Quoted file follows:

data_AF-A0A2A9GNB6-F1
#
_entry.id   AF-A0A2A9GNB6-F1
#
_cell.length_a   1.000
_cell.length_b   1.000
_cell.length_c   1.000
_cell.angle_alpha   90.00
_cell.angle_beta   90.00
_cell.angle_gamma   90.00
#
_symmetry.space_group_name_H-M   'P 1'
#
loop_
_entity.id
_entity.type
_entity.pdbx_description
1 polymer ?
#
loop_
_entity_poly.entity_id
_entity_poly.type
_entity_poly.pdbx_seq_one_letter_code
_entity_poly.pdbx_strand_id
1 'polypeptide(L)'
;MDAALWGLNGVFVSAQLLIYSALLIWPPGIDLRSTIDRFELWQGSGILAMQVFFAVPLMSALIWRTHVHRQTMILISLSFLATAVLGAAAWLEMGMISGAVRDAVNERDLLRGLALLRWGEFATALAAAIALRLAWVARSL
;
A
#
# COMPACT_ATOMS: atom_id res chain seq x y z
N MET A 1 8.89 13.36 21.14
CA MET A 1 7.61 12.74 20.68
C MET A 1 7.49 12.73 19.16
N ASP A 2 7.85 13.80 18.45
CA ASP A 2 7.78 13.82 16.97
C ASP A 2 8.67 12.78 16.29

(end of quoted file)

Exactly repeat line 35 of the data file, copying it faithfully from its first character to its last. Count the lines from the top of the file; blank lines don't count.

CA ASP A 2 7.78 13.82 16.97